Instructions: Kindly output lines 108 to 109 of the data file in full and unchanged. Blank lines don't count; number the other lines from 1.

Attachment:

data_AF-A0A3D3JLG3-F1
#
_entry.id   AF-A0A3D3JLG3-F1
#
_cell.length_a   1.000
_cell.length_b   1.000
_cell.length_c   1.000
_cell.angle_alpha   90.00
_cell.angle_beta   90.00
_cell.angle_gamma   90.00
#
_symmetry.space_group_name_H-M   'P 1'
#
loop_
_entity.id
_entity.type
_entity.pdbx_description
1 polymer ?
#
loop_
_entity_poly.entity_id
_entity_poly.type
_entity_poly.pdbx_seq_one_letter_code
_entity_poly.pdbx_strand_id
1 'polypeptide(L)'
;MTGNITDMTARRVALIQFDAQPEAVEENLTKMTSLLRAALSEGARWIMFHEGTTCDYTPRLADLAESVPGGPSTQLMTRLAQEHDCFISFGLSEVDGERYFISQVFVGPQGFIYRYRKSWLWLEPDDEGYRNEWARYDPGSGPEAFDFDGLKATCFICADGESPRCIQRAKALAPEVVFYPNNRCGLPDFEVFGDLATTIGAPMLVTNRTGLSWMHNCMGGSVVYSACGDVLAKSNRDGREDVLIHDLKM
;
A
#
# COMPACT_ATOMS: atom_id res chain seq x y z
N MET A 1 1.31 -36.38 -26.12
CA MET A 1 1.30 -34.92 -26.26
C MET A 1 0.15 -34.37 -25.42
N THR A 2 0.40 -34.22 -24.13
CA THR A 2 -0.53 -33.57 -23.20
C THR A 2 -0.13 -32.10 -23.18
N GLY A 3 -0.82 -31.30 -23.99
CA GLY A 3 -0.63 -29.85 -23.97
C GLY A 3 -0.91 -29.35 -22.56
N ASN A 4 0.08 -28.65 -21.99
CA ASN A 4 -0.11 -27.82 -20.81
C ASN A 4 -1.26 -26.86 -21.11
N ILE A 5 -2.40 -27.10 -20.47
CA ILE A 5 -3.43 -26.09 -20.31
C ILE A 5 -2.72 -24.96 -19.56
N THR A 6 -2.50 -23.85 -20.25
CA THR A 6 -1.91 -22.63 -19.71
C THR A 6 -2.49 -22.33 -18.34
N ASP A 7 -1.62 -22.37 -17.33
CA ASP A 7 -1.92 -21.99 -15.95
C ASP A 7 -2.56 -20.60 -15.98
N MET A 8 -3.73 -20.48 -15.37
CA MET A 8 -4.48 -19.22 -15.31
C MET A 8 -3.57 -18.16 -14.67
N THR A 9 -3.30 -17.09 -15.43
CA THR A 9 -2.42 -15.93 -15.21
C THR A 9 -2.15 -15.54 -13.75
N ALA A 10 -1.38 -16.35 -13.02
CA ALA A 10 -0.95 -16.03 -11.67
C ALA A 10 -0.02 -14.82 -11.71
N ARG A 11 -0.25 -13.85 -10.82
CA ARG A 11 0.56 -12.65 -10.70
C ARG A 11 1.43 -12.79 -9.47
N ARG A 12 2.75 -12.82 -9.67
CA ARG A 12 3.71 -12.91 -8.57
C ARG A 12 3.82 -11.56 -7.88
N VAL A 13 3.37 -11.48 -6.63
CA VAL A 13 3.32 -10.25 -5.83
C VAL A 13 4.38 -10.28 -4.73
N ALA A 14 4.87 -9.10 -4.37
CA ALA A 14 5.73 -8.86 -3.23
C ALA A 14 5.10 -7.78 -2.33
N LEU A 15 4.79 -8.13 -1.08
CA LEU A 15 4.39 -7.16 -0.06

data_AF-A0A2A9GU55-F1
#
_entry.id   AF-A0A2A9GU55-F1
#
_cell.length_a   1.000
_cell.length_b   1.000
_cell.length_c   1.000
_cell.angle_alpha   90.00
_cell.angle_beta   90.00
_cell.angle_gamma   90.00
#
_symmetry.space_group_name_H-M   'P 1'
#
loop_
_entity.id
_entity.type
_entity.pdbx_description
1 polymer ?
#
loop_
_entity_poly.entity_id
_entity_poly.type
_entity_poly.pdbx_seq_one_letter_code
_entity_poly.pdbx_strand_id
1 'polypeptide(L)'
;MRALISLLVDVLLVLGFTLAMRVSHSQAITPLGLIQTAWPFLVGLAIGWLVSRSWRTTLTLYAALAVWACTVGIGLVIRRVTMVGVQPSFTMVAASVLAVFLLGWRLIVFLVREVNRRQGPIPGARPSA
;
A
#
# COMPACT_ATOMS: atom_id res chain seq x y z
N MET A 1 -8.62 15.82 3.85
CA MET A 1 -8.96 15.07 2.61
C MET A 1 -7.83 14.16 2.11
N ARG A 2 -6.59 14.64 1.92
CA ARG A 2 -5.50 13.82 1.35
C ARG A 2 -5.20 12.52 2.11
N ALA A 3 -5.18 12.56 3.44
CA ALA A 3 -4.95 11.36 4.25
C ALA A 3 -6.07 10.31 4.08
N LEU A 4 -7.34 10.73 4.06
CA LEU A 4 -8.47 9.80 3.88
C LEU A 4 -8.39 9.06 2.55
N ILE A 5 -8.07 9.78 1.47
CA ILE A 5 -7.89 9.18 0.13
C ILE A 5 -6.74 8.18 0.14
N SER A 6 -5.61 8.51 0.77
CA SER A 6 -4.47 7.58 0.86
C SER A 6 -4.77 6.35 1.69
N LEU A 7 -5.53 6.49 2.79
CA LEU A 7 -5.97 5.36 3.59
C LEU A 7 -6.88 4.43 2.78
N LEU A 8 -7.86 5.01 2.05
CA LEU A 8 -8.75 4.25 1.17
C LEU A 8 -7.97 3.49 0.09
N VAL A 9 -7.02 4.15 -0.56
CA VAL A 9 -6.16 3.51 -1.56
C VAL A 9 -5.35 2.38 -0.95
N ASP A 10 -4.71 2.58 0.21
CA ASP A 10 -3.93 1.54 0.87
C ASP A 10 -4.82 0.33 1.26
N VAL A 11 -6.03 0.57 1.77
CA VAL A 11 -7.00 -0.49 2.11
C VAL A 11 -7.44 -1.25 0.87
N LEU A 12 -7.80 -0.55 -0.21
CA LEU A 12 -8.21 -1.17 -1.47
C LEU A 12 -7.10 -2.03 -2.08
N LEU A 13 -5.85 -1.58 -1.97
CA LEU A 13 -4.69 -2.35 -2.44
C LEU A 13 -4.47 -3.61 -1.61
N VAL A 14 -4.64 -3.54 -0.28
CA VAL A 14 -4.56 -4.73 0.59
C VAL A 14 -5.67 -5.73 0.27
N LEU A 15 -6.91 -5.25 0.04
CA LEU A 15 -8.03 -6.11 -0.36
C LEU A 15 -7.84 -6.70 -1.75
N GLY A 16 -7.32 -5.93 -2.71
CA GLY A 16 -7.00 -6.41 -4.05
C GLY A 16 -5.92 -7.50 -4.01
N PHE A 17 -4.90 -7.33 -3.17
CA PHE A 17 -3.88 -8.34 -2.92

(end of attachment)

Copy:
N ARG A 2 -6.59 14.64 1.92
CA ARG A 2 -5.50 13.82 1.35